During the summer of 1917, a group of striking laborers working in the copper mines of Bisbee, Ariz., were rousted from their beds by the local sheriff and his deputized cohorts, who wound up marching 1,300 strikers and sympathizers to a local ballfield and forcing them into boxcars pointed toward New Mexico. There, they were deposited in the middle of the desert with no food or water, and told never to return.

It was a brutal act, driven by corporate greed, racism and World War I-era xenophobia (most of the workers were German and Mexican). And it’s been largely erased from the collective memory of Bisbee, a town just miles from the Mexico border that now serves as a bohemian alternative to the more gun-totin’, tourist-friendly Tombstone nearby.

Over years of visiting relatives in Bisbee, Robert Greene developed a fascination with what has become known — if it is known at all — as the Bisbee Deportation. In 2016, he began to collaborate with local historians, civic leaders and Bisbee citizens to create a performance piece, a sort of
western-cum-musical-cum-truth-and-reconciliation committee that would be performed and filmed during the centennial of the event. The result, “Bisbee ’17,” is a fascinating exercise in nonfiction filmmaking as a performative, interdisciplinary, collective act, as well as a provocative inquiry into how selective memory, ideology, shame and unspeakable trauma shape what we come to accept as official history.

All of those forces come into florid tension in “Bisbee ’17,” in which Greene locates descendants of some of the original participants in the deportation, including a family in which one brother rounded up and exiled the other. The mines are closed now, but the debate over capitalism, human rights, patriotic duty and simple morality still rages, whether in the form of family arguments or contradictions within individuals who profess one idea while embodying its exact opposite.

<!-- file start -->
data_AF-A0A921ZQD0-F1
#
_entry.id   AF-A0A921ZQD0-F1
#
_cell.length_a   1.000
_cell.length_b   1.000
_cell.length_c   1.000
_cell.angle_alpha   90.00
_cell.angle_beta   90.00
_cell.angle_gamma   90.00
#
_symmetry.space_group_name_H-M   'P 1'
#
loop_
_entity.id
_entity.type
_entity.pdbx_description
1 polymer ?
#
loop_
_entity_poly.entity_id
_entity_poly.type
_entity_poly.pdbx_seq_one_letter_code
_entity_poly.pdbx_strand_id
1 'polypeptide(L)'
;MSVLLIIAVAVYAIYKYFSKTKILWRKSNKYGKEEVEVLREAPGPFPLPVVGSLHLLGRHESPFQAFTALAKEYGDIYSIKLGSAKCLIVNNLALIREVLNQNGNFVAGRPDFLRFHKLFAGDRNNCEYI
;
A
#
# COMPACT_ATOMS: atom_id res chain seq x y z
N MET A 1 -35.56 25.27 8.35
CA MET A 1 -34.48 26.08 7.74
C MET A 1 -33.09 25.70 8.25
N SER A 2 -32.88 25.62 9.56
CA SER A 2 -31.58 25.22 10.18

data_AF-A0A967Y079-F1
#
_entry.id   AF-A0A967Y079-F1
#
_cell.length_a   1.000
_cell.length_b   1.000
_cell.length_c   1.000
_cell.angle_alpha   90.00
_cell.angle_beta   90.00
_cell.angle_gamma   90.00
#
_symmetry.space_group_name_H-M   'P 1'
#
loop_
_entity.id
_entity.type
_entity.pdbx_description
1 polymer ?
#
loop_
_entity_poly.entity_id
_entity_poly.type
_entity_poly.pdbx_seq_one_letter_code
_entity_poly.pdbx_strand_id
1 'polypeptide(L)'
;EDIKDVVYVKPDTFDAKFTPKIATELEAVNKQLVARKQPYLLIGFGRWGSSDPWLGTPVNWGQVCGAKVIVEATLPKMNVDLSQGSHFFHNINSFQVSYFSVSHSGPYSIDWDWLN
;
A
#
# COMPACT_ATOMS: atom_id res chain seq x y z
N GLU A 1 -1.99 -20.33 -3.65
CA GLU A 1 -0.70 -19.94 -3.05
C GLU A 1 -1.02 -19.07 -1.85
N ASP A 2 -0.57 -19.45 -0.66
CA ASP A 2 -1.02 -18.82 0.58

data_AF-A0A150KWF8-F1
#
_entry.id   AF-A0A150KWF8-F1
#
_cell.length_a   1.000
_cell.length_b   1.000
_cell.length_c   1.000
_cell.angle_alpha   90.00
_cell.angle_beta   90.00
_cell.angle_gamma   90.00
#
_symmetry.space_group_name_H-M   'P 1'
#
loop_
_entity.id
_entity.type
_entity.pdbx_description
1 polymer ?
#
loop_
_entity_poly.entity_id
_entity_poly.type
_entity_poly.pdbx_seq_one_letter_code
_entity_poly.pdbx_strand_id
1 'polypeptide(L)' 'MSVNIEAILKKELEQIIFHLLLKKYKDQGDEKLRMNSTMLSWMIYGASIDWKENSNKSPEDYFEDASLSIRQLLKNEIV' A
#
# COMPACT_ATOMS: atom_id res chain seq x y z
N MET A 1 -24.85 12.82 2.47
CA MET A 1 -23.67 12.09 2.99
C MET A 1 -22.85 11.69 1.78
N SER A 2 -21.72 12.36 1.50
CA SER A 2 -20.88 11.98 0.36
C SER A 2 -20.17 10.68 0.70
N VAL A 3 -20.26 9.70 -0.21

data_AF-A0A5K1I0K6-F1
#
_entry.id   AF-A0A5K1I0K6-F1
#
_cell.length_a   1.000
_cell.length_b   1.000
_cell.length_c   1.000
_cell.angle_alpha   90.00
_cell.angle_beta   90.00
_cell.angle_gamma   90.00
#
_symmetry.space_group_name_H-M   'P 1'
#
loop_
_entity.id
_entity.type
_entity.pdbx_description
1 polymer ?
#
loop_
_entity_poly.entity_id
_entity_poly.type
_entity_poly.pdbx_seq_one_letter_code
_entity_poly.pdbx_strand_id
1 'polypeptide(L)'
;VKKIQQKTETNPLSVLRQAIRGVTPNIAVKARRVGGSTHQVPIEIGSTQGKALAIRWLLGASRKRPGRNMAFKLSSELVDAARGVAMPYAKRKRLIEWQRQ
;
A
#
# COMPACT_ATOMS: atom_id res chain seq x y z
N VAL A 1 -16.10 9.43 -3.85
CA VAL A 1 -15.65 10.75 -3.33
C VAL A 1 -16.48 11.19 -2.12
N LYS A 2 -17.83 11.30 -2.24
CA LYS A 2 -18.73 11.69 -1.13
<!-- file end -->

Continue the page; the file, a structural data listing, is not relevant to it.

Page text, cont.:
That the Bisbee Deportation is still so palpable makes the resulting performance — during which neighbors mistreat neighbors while reenacting the events of 1917 — so upsetting and so powerful. Greene never makes it precisely clear how involved he was in the actual conception of the performance he documents, but that ambiguity adds to the overall strategy of blurring boundaries between history and myth, past and present.

Nowhere is that blurring more potent than in the performance of Fernando Serrano, a young Mexican American man playing a striking worker. Graceful and handsome, Serrano doesn’t consider himself attached to the story he’s playing out, but gradually the facts of his life create inescapable resonances with present-day arguments around immigration, identity and pluralism. There’s a gorgeous tracking shot in “Bisbee ’17” when Greene’s approach clicks into place, as we follow Serrano and his character through the sundry looking glasses of fact and fiction. As he did with his similarly experimental 2016 film “Kate Plays Christine,” here Greene pushes notions of documentary filmmaking and auteurship to their expressive limits. He’s clearly on to something, and with “Bisbee ’17,” it feels timely, cathartic and deeply haunting.

Unrated. At the AFI Silver. Contains adult themes. 112 minutes.